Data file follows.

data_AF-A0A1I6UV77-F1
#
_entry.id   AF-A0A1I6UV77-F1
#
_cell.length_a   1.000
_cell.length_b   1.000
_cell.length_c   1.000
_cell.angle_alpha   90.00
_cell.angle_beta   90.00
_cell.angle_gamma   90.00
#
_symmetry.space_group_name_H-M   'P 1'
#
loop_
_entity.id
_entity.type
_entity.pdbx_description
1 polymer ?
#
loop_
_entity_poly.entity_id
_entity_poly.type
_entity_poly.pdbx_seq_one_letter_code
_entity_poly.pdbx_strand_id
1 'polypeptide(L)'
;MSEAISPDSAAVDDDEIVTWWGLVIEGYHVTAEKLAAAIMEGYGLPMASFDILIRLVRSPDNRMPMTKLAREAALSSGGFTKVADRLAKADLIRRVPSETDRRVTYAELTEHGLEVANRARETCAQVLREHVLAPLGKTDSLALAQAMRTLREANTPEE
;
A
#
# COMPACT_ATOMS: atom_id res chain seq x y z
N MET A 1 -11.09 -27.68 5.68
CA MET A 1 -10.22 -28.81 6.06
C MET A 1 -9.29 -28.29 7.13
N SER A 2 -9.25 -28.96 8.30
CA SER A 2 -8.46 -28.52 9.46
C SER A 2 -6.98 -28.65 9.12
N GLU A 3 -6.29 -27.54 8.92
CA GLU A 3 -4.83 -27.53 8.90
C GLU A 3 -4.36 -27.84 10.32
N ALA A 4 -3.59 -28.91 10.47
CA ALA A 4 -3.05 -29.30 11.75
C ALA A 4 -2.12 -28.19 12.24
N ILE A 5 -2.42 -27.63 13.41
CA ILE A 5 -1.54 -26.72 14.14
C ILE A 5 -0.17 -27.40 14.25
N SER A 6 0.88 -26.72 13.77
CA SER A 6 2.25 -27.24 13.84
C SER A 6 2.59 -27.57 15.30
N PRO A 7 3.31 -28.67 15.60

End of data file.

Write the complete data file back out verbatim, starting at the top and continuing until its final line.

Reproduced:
data_AF-A0A1I6UV77-F1
#
_entry.id   AF-A0A1I6UV77-F1
#
_cell.length_a   1.000
_cell.length_b   1.000
_cell.length_c   1.000
_cell.angle_alpha   90.00
_cell.angle_beta   90.00
_cell.angle_gamma   90.00
#
_symmetry.space_group_name_H-M   'P 1'
#
loop_
_entity.id
_entity.type
_entity.pdbx_description
1 polymer ?
#
loop_
_entity_poly.entity_id
_entity_poly.type
_entity_poly.pdbx_seq_one_letter_code
_entity_poly.pdbx_strand_id
1 'polypeptide(L)'
;MSEAISPDSAAVDDDEIVTWWGLVIEGYHVTAEKLAAAIMEGYGLPMASFDILIRLVRSPDNRMPMTKLAREAALSSGGFTKVADRLAKADLIRRVPSETDRRVTYAELTEHGLEVANRARETCAQVLREHVLAPLGKTDSLALAQAMRTLREANTPEE
;
A
#
# COMPACT_ATOMS: atom_id res chain seq x y z
N MET A 1 -11.09 -27.68 5.68
CA MET A 1 -10.22 -28.81 6.06
C MET A 1 -9.29 -28.29 7.13
N SER A 2 -9.25 -28.96 8.30
CA SER A 2 -8.46 -28.52 9.46
C SER A 2 -6.98 -28.65 9.12
N GLU A 3 -6.29 -27.54 8.92
CA GLU A 3 -4.83 -27.53 8.90
C GLU A 3 -4.36 -27.84 10.32
N ALA A 4 -3.59 -28.91 10.47
CA ALA A 4 -3.05 -29.30 11.75
C ALA A 4 -2.12 -28.19 12.24
N ILE A 5 -2.42 -27.63 13.41
CA ILE A 5 -1.54 -26.72 14.14
C ILE A 5 -0.17 -27.40 14.25
N SER A 6 0.88 -26.72 13.77
CA SER A 6 2.25 -27.24 13.84
C SER A 6 2.59 -27.57 15.30
N PRO A 7 3.31 -28.67 15.60